I’m trying to plan out this week better, and come at the RTFM readings with a sense of direction an purpose. I’ve decided to dig deeper into the T-SQL sections, top-down. I think this is going to be more profitable, knowledge-wise, because I’ll be reading about related subjects.
Short list of what I read:
- Writing, Analyzing, and Editing Scripts with SQL Server Management Studio [R2]
- Accessing and Changing Database Data [R2]
- Elements of Transact-SQL [R2]
For the next year (-about a month now), I will read from SQL Server Books Online a little every day, and blog about it weekly. See my RTFM365 post for the full details on this project, and follow along with the series via the RTFM365 tag.
Reading this week was in SQL Server 2008 R2 Books Online unless otherwise noted. Please note: I’m exploring BOL and learning a little each day; I’m not here to read it to you or review it.
Here’s what I read this week:
DB Engine > Development > Building Database Projects by Using SQL Server Management Studio > Writing, Analyzing, and Editing Scripts with SQL Server Management Studio
- Using Identifiers As Object Names 
- Object Visibility and Qualification Rules  - This has a weird rule in it: “Schema_name - Default is the username in the specified database that is associated with the login ID of the current connection.” We’re jimmying around with it to check out the behavior…this doesn’t seem to work this way in practice. (Sean explained it to me this morning, and I said – and I quote – “Huh?”) The moral, however, is always schema-qualify your objects, especially when you create them.
You should also note, webkinder: “The visibility for stored procedures that start with sp_ differs from the visibility for regular stored procedures. … see CREATE PROCEDURE (Transact-SQL).” …which only says, “We strongly recommend that you not use the prefix sp_ in the procedure name. This prefix is used by SQL Server to designate system stored procedures. For more information, see Creating Stored Procedures (Database Engine).”…which finally explains it to you. Sort of. What it boils down to is (a) sp_ makes SQL look for that SP in the Resource database first, and only if it doesn’t find it there does it look in the local database. And (b) “Using an explicit schema qualifier also provides a slight performance advantage. Name resolution is slightly faster…”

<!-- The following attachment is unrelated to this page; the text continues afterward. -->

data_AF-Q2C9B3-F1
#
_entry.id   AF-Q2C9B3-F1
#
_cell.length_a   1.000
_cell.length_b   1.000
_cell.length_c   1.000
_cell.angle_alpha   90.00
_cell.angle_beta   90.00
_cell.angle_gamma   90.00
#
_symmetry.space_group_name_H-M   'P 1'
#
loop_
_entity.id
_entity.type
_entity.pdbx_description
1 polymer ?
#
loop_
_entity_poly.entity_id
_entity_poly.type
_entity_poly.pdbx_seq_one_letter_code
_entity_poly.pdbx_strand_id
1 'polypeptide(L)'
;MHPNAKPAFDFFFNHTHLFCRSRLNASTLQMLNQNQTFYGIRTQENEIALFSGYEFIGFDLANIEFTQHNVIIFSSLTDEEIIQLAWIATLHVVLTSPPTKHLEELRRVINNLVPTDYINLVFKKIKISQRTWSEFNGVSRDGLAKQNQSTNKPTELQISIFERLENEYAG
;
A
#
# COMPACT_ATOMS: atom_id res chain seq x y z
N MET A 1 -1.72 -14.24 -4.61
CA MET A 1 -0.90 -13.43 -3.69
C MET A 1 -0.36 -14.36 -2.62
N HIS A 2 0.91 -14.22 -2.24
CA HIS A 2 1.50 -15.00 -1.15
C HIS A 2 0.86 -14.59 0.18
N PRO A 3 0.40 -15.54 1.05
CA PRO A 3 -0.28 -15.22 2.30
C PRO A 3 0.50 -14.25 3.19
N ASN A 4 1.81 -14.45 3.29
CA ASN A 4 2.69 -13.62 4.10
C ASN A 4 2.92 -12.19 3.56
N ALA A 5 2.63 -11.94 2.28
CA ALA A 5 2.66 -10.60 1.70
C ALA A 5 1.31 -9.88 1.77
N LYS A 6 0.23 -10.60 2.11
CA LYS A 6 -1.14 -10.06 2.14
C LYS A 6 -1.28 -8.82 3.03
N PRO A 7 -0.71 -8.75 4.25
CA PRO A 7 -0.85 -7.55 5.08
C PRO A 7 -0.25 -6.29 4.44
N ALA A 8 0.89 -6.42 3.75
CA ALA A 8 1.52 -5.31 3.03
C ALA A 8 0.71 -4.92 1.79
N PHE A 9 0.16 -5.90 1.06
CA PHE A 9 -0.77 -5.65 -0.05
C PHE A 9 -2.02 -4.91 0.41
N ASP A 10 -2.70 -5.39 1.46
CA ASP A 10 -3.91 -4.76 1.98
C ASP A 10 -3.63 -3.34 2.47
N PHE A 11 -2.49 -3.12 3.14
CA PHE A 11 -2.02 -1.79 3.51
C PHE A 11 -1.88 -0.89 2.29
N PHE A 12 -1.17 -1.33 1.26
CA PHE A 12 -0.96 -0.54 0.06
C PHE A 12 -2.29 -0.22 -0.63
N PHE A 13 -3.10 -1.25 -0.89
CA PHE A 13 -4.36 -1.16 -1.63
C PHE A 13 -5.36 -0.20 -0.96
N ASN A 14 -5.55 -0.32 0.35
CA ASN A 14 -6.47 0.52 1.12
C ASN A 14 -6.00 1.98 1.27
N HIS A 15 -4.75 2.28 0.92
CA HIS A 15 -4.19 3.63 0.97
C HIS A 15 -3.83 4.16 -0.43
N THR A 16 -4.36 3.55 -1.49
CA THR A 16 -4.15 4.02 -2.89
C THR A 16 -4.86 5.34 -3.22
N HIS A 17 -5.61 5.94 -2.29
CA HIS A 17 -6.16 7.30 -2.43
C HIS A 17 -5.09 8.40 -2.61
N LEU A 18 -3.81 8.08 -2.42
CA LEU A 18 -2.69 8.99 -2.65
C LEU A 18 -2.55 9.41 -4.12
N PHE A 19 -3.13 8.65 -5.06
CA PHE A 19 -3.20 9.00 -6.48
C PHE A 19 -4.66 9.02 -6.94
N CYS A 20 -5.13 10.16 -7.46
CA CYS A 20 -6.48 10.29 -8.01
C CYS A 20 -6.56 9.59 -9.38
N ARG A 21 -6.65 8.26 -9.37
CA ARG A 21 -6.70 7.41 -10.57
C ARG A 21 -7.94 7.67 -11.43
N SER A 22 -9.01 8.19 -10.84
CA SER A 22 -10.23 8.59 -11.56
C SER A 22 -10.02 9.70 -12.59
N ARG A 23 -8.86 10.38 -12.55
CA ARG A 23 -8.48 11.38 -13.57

- Delimited Identifiers [R2] – Note that variables and SP parameters must follow the rules for identifiers, because you can’t delimit them. This article also discusses the different delimiters (brackets and quotes), and the behavior of QUOTED_IDENTIFIER on/off. (I now have the strangest compulsion to architect a database made up entirely of rude words. I shall resist.)
Example from Delimited Identifiers, which I like to call Worst….Table….EVAR…:
SET QUOTED_IDENTIFIER ON
CREATE TABLE "table"
tablename char(128) NOT NULL,
"USER" char(128) NOT NULL,
"SELECT" char(128) NOT NULL,
"INSERT" char(128) NOT NULL,
"UPDATE" char(128) NOT NULL,
"DELETE" char(128) NOT NULL
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